What Caused Mark Zuckerberg's Social Media Accounts Hack & What That Teaches Us About Password Security

Amsterdam, NL - February 23, 2017 -

Those of us who have a Facebook account must have come across a security tip that says: “Don’t use your Facebook password anywhere else online”. Unfortunately, it seems that Facebook’s founder, Mark Zuckerberg, did not take his own advice seriously. According to a recent report in The Wall Street Journal, Mr. Zuckerberg’s Twitter and Pinterest accounts were taken over because he re-used a password: “dadada”.

Here’s a bit of intelligence that all computer users should know: Stolen passwords are sold and bought routinely all over the Internet. In fact, since May of 2016, the website Leakedsource.com, which sells access to the stolen information, has added close to one billion records of email addresses and passwords.

Hackers use these passwords to break into other accounts (other than the accounts which these passwords originally “served”), hoping that they will stumble on users, who, like Mr. Zuckerberg, reuse their passwords in multiple accounts.

What can we do to minimize exposure to such unpleasantness? Well, to begin with, take Facebook’s advice and don’t re-use your passwords. Still, if you suspect that your account has been hacked you can use the site HaveIBeenPwned.com. to figure out if your email account has been compromised. You go to the website, enter your email address or username, and it will search through almost a billion records of accounts that have been leaked.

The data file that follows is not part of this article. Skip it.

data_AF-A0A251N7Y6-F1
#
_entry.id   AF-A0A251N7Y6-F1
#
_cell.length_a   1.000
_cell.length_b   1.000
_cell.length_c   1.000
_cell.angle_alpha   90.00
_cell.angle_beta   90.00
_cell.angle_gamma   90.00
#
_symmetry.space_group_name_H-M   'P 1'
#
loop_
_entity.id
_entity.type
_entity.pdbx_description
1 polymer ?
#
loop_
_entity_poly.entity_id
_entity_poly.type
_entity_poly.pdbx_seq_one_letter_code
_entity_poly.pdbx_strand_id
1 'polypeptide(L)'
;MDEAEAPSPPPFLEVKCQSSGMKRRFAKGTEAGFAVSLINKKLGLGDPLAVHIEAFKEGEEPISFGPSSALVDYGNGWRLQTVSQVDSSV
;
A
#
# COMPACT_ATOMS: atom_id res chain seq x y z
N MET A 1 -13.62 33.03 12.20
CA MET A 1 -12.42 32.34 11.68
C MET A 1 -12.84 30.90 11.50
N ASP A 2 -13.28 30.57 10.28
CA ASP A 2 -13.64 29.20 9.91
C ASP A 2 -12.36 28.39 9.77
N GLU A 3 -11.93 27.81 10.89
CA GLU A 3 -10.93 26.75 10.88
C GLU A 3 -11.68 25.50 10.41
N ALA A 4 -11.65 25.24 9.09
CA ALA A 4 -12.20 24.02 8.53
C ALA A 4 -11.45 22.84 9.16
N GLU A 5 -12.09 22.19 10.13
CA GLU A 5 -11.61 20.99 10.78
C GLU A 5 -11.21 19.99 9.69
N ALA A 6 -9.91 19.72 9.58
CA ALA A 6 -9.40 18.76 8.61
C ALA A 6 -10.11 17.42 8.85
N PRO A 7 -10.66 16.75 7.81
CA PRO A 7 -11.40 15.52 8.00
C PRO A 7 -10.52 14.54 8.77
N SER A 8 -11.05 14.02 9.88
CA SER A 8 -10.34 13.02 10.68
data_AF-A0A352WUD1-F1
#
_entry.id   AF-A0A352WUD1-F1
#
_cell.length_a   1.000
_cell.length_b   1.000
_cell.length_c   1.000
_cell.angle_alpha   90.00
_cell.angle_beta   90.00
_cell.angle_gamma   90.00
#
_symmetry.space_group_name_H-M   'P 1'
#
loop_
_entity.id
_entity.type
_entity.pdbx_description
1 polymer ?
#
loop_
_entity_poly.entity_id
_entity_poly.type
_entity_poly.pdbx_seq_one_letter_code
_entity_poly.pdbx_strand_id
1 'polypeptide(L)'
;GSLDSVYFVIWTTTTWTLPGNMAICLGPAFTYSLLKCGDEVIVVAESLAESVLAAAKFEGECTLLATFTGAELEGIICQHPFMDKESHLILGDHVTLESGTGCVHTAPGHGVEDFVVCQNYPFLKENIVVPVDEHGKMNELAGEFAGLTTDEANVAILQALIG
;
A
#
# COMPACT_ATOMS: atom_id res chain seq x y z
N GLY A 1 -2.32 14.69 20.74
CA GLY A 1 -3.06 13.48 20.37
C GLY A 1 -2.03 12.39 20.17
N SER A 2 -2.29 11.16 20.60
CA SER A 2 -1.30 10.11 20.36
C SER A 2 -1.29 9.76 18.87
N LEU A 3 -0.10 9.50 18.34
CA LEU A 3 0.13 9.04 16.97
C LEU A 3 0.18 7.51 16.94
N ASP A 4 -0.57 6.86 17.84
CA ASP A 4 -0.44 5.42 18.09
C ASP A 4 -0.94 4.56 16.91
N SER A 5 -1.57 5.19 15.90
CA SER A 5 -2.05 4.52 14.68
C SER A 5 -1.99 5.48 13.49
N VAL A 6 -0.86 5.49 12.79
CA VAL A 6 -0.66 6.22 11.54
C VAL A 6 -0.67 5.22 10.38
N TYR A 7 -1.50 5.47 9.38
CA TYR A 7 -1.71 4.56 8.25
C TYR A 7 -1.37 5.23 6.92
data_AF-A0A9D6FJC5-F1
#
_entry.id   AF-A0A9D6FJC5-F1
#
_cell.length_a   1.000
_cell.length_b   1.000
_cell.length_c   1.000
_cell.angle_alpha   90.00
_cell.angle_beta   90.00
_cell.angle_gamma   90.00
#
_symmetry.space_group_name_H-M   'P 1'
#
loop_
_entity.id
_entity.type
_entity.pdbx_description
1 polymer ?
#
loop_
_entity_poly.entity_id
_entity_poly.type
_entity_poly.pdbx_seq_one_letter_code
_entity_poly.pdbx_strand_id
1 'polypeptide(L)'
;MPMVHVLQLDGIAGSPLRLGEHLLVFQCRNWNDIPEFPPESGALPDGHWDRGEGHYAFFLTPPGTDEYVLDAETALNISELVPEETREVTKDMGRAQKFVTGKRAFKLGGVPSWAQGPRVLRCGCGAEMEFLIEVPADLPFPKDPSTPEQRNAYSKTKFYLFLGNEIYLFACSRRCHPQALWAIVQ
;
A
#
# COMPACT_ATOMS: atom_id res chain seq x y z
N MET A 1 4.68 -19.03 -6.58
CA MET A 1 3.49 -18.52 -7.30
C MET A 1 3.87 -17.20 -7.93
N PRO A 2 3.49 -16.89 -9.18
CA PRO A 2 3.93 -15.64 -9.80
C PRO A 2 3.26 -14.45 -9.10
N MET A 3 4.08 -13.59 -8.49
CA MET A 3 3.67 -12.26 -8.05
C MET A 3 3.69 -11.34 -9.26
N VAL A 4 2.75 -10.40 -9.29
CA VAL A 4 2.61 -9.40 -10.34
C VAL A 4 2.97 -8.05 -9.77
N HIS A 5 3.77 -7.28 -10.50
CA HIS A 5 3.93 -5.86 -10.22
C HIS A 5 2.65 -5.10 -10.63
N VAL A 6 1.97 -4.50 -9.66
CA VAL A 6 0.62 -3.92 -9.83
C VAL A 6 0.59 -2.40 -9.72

Another thing that you can do is to turn on the two-factor authentication for your most important accounts. For example, entering a code that’s sent to you by text message along with your usual username and password combination.

The report examines each of these markets geographically, focusing on the top 95% of global markets, in the United States, Europe, and Asia.

Furthermore, the report examines broad Cyber Weapons technology types in each of these markets and regions:

The report concentrates on the following types of Offensive Cyber Weapons:
  • Distributed Denial of Service (DDoS)
  • Penetration driven assault.
  • Reverse rules attack
  • Worms and Viruses
And on the following Defensive Cyber Weapons:
  • Anti Distributed Denial of Service (DDoS) attack
  • Anti Penetration Driven Assault
  • Anti-Reverse Rules Attack
  • Anti Virus